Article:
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Focusing the urban growth spotlight on Stratus Properties.

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The slowly unfolding drama in Florida has attracted all of our political attention, but locally, major issues affecting this city's future are in development. The question is not growth vs. non-growth. It is: What is our city going to be and look like in the middle of the 21st century? In this issue, we cover the current negotiations between Stratus Properties and the city. Stratus is more or less descended from Freeport McMoRan, whose development wars in the Nineties stained the city's history. Under different ownership, Stratus is back again -- but in a more civil way, though it looks like the first round of complicated negotiations have collapsed. Don't hold your breath; this has been going on for a decade. There is also the possibility of a Barton Creek/Mueller swap of some sort (exactly what is still under negotiation).The city and Stratus are still talking, but expect the Legislature to weigh in on this deal. Stratus does have expensive lobbying talent, and the Legislature just loves to remind this city how it is doing everything wrong.

This week's cover story ("The Status of Stratus," p. 26), by Robert Bryce, Amy Smith, and Mike Clark-Madison, provides a full look at the Stratus negotiations, including the offers, the history, the controversy, aerial photos, and maps. It is yet another installment in our endless series, stretching back to the Chronicle's early years and extending far into the future, examining the ways Austin deals with growth issues.

I hate to be pessimistic, but (as the Chronicle reported in the early Nineties) even with the strictest interpretation of the SOS ordinances, the buildout in the watershed is going to be overwhelming and devastating. To confirm this, look at the aerial photos in this issue. I'm not sure how well they will reproduce, but they show a virtually virgin Barton Creek Watershed in 1984. The most recent photo, taken last year, shows the area built out with only a few swaths of green left -- including the large tracts that Stratus is now talking about developing. Looking at the aerial view, you realize that while limiting density may have some impact on land use, the evolution from rural to suburban is nearly complete. Regulations or no regulations, in future decades, the sprawl will just continue. Imagine what the 2015 photo of this area will look like.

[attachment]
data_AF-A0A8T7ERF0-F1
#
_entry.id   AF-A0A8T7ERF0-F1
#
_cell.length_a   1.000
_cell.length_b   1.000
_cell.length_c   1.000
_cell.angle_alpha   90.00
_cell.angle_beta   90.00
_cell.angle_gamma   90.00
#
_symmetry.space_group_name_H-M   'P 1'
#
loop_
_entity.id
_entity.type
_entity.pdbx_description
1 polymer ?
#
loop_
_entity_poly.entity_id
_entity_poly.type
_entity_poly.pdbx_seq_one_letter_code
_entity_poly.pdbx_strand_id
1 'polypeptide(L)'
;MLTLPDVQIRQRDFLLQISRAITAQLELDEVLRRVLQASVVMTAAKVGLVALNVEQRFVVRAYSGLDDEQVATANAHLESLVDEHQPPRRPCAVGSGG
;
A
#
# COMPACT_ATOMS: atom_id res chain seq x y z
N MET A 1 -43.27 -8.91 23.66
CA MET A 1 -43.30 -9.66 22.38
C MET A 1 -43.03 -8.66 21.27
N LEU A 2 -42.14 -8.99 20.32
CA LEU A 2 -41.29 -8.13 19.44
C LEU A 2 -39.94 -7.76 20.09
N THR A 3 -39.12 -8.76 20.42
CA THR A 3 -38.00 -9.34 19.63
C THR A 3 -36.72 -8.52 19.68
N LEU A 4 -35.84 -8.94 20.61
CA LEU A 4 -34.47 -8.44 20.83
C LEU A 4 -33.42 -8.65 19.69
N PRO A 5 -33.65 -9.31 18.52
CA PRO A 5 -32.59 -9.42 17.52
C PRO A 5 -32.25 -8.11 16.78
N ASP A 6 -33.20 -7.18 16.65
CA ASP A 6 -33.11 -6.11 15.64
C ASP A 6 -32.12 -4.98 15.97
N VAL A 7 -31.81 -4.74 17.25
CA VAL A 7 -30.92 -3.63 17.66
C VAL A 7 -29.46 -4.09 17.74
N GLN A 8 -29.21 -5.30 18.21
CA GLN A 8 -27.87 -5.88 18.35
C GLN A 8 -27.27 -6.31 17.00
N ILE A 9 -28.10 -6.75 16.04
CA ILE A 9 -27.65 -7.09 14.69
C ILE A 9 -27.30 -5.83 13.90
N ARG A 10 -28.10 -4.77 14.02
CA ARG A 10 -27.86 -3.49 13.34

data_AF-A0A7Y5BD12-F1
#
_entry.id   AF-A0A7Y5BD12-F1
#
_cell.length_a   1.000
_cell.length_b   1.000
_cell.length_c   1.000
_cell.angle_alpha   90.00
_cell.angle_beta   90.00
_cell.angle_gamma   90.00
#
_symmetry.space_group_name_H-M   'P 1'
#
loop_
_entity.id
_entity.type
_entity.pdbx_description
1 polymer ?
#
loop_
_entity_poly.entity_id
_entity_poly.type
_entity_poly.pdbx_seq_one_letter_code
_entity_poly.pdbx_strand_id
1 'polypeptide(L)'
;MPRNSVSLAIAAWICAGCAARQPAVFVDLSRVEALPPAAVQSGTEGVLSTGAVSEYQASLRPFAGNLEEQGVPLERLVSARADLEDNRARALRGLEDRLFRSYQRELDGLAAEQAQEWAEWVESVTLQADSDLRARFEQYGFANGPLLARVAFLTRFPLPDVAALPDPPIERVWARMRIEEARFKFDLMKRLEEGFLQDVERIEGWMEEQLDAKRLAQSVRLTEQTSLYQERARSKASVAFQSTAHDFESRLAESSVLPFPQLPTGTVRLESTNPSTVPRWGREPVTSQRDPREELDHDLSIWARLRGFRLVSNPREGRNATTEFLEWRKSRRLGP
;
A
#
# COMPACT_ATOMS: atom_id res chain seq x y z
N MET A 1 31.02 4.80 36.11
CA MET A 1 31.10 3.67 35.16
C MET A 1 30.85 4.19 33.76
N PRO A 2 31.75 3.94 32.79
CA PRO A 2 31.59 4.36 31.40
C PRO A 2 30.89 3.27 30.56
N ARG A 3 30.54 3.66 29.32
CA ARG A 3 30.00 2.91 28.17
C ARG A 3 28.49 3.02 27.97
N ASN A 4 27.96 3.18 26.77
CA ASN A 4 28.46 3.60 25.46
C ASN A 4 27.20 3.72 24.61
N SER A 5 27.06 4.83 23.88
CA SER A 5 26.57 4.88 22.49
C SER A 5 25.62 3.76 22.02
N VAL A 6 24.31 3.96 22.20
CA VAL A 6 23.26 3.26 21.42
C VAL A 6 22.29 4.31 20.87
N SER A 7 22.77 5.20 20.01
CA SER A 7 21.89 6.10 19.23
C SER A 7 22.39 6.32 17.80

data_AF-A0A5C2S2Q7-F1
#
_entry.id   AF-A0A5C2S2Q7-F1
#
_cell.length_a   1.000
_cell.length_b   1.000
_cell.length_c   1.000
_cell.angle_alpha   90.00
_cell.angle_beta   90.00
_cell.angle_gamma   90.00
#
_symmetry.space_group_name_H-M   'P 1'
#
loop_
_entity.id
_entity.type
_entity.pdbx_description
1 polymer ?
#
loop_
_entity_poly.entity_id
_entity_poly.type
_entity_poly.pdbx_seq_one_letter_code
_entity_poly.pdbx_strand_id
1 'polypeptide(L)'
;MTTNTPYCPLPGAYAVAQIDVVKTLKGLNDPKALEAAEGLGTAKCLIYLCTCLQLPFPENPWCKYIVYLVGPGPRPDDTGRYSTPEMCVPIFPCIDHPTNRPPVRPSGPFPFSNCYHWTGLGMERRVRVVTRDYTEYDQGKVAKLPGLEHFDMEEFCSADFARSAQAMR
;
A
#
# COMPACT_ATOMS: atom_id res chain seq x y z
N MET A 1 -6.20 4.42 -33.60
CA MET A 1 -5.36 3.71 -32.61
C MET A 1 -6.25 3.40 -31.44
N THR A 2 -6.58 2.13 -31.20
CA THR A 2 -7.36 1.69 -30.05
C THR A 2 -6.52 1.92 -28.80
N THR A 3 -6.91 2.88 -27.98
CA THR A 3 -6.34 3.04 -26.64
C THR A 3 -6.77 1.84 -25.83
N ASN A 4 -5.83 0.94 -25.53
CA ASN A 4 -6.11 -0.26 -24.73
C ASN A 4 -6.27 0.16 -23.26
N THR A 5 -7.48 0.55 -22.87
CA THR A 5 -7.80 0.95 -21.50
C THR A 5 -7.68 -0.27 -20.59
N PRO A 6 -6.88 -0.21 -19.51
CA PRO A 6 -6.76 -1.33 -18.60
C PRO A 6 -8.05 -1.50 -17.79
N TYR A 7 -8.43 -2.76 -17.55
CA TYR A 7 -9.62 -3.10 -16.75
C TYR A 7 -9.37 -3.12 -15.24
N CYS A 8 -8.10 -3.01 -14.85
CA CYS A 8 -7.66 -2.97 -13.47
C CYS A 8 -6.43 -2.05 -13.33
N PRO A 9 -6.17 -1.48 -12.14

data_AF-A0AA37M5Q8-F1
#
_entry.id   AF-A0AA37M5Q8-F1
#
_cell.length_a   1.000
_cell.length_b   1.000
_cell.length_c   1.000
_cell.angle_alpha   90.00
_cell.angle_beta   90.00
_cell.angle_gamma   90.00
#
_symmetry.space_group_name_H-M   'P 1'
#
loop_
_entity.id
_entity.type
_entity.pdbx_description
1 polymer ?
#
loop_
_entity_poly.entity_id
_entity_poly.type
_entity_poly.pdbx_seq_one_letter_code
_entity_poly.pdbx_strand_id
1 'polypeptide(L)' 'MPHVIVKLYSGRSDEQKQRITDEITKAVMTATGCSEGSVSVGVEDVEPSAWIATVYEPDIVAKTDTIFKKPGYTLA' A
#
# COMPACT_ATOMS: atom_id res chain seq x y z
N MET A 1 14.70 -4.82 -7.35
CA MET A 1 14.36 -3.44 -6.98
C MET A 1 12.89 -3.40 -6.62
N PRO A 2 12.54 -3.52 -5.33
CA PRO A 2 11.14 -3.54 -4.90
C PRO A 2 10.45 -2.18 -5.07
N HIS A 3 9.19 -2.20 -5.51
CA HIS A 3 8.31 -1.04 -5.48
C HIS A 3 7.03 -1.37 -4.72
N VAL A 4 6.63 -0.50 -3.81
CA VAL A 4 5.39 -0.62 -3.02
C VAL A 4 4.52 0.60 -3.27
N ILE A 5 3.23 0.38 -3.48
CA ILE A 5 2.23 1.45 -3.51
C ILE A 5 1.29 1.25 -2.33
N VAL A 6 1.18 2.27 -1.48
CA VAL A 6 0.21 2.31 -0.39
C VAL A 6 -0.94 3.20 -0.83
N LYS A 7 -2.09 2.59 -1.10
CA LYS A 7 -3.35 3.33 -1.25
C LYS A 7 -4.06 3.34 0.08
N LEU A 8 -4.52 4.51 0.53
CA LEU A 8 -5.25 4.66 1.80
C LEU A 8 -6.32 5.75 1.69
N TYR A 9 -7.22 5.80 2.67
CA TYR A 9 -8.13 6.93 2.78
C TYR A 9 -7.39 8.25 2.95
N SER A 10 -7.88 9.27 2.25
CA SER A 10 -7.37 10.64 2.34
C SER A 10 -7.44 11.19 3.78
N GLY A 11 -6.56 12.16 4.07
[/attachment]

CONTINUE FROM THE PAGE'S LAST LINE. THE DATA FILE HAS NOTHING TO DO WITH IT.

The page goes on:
The war is not over if there will be development -- but how much development? In that context, we must ask how much development can the watershed can sustain? We will also need to develop the vision needed to plan roads and transportation systems to support this growth. If we ignore our transportation needs, the result will be devastating. We must plan for it. Light rail would have been a great step in the right direction. Its defeat at the polls was a loss for the community. We need a comprehensive view of this city, including not only Stratus' current proposal but every development around Austin -- including our reinvented downtown. It's not a time for heroes and villains. It is a time for sensible, long-range planning. In those old days, the issues were easy: Green was good, and growth was bad. Now every decision is complex, demanding a maturity of vision rather than a reliance on easy answers.

The wonderful display of democracy we've witnessed this year -- from the angry Naderites handing the election to Bush to the controversy in Florida -- has thrilled the voters. But, as with the best mini-series, many are hoping the end is near. The most distressing part of the whole affair has been the ferocity of the pundits and loyalists on both sides, as they angrily lay out their moral arguments that lead to the overwhelming conclusions that their candidate should win. A perfect example of this is the rant against hand-counting ballots, published in the Statesman and written by self-hating, anti-intellectual intellectual Marvin Olasky. We all know he would have been on the other side of the argument, waving his flag of moral purity, had that argument served the interest of his candidate. But he is just indicative of a larger trend. Everyone on every side rants in partisan rhythms without any perspective. Certainly, I think the Republicans are the most despicable, dishonest, and desperate, but I'm for Gore. Still, I think Gore's recent speeches were silly. He is certainly not worried about uncounted ballots in predominantly Republican counties. They rant, they rave, they look worse than they ever have -- all the politicians stink. Isn't it great?

Given the six million votes cast and the most narrow margin of error, there is no way to get a statistically convincing vote total in Florida. The inventor of one of the voting machines used today recently said that a 2-5% margin of error is acceptable. And as any kind of recount (hand or machine) is going to have at least a 1% margin of error, recount after recount of the Florida vote would probably shift the lead from one candidate to the other. Unless there has been an act of outright political theft or a truly substantial number of under-counted ballots for either candidate, the margin of victory will fall within the margin of error. Which leaves it to the courts.

The whole cranky system is moving as it should, in the courts of law. Pundits on all sides are talking about the collapse of the country. Nonsense. When this is over, we'll all respect the president-elect as much as we would have anyway (which will vary considerably). I'm worried that we'll all be gathering to watch the economy dramatically slow down, which will make the consequences of this cliff-hanger even more relevant. end story

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